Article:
I reckon you would find that by-and-large, at least for uncomplicated cases, homeopaths will come up with the same remedies. And justify their choices in the same way.

    Did you imagine they spent years studying, just to throw dice?

    • Will: what I did not know is how patronising homeopathy fans can be. all the rest of the post, I did know of course and is, if I remember correctly, even discussed in my book ( but thank you for confirming: HOMEOPATHY IS A DIAGNOSTIC TEST THE VALIDITY OF WHICH HAS NOT BEEN TESTED AND THUS IS UNPROVEN.

      • All CAPS, Edzard?

        Surely a perfect indication of your level of knowledge of the subject. I would have to say that, yes, homeopathy has from the very inception diagnosed a particular condition as would be brought on during a homeopathic ‘proving’ (which are generally double-blinded nowadays, and are often replicated in colleges, as I’m sure you know). Part of the scientific endeavour to move away from false authority, by actual experiment and investigation.

        However, the triumphalist suggestion that these many instances may have not been correlated rather than just observed to conform, does rather seem to invite an ‘argumentum ad ignorantiam’ – a common pseudo-skeptic failing, wouldn’t you say?

        I suppose a professor of alt med with a genuine interest in the field could have done such a thing. It would seem quite perfunctory.

        Patronising? Could I be forgiven for thinking that ‘patronising’ was the whole theme of your blog, article and average responses?


    • William

      Of course, with the well-chosen remedy, that patient gets cured. This is the true test. This does not show up in poorly-designed trials which the EBM crowd favour, based around eliminating the individual – an approach which lends bias to other medical approaches. But pharmacy addicts will insist on special pleading that theirs is the only proper method for testing. And think it is “Science”.

      So. Let me sum up: “Testing demonstrates repeatedly that homeopathy doesn’t work therefore science must be wrong because we know homeopathy works.”

      THAT is special pleading. And circular logic. And wonderful foolishness. A perfect demonstration of the hubris homeopathy nuts repeatedly demonstrate.

      Please explain exactly why the scientific method is unable to evaluate homeopathy, Will. And wibbling about individuals and nebulous unexplained biases will only get you laughed at.

    • Well designed trials used individualized homeopathy with the pharmacy dispensing a bottle of either the prescribed “remedy”or a placebo. They showed no benefit from the individualized remedies.

  • I can’t stop laughing. Testing of homeopathic remedies is already carried out by means of ‘provings’ on healthy humans. No need to carry out your suggested ‘simple’ test. I’m sure you are aware that the symptoms (rubrics) meticulously written down by each patient over hours, days, weeks and even months have all been well documented in the literature since Hahnemann’s time. Fortunately, no homeopathy skeptic can count on health care consumers to be ill-informed any longer. Another Ernst fail.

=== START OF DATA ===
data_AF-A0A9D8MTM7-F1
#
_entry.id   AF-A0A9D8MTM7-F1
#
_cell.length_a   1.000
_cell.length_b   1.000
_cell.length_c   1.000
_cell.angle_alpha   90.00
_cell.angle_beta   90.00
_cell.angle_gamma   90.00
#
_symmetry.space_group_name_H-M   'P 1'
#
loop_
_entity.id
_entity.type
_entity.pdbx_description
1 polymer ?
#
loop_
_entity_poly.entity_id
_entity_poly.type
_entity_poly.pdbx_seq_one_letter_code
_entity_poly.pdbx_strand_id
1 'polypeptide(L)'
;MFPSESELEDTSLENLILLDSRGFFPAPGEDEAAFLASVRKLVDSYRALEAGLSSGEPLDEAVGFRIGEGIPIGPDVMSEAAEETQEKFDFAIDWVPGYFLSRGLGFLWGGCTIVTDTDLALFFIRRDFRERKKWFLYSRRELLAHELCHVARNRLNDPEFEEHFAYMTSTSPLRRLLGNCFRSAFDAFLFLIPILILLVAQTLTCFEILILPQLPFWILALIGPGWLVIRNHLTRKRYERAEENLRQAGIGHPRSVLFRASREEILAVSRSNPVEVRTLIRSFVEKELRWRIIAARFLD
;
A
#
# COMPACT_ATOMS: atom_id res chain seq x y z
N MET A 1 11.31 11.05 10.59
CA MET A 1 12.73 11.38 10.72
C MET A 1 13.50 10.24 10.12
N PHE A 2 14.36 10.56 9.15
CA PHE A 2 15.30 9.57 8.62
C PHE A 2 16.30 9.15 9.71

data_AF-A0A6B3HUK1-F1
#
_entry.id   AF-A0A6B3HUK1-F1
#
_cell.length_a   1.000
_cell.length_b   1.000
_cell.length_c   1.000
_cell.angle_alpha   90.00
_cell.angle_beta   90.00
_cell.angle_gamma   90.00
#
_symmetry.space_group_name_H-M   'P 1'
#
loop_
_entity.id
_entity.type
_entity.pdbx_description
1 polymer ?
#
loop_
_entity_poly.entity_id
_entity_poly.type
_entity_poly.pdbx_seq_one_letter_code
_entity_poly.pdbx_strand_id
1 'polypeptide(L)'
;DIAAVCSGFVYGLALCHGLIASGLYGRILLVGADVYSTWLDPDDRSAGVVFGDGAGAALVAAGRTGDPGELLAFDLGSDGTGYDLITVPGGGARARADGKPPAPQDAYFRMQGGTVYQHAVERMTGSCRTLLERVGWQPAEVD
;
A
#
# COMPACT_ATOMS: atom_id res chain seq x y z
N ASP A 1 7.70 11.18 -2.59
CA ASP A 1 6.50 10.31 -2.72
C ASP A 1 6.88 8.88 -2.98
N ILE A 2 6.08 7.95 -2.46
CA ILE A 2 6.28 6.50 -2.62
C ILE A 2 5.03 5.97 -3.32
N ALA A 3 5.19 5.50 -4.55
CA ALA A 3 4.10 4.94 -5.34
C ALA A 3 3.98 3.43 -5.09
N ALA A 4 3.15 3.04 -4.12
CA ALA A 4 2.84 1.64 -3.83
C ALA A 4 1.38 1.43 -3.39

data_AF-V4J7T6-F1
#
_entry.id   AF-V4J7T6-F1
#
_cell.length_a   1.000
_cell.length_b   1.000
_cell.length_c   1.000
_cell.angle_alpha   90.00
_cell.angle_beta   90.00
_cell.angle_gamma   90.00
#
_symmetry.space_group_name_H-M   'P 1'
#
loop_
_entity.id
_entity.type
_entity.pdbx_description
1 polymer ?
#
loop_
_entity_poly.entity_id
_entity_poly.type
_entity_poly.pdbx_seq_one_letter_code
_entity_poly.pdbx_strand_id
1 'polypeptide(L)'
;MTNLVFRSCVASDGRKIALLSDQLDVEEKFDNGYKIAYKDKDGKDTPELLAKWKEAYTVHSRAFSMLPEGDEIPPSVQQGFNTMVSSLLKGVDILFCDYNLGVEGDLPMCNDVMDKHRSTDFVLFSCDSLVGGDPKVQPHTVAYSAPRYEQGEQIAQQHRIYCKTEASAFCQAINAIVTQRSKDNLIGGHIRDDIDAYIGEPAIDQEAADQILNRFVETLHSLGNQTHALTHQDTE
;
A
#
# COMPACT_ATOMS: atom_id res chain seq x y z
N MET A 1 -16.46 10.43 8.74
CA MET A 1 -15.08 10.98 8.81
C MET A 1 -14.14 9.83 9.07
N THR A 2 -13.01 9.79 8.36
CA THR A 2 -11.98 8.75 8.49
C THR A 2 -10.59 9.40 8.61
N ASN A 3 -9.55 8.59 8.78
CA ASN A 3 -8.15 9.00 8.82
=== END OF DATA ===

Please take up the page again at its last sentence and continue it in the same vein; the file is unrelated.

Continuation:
• Sandra: thank you for confirming that the test I suggest is crucial but has never been done.

    • ROFL! You are amusing, Sandra.

      If someone was to meticulously write down all the nonsense homeopathy proponents such as yourself have uttered over the years, would that magically make any of it actually true?

      You know the saying: GIGO.

    • A proving is to evidence what homeopathy is to health care: worthless.

      I can’t stop laughing. Oh, wait. It’s not funny. I apologize, Sandra. I shouldn’t laugh as you bob in and out of reality.

    • Sandra

      Do you actually read the tripe you post? Some of the links are beyond comical. The checklist for the minimum quality of provings is headshakingly stupid. This is documentary evidence of fools imagining they’re scientists. Provings are nothing more than collective acts of self-delusion and if you can’t see why it only further demonstrates your own blinkered ignorance.

  • Edzard, where did you supposedly get your training in homeopathy? Doctors who trained in homeopathy went through medical school. They use all the same diagnostic tests and physical examinations as any other doctor. Why dont you run your ignorant posts by someone like Dr Farokh Master of India before making a fool of yourself.

  • The existence of Santa Claus has also been ‘proven’ by counting Christmas preseents. Same methodology.

    • @ Roger,

      I liked your comment on that Bawaji (Dr. Farokh Master) 😀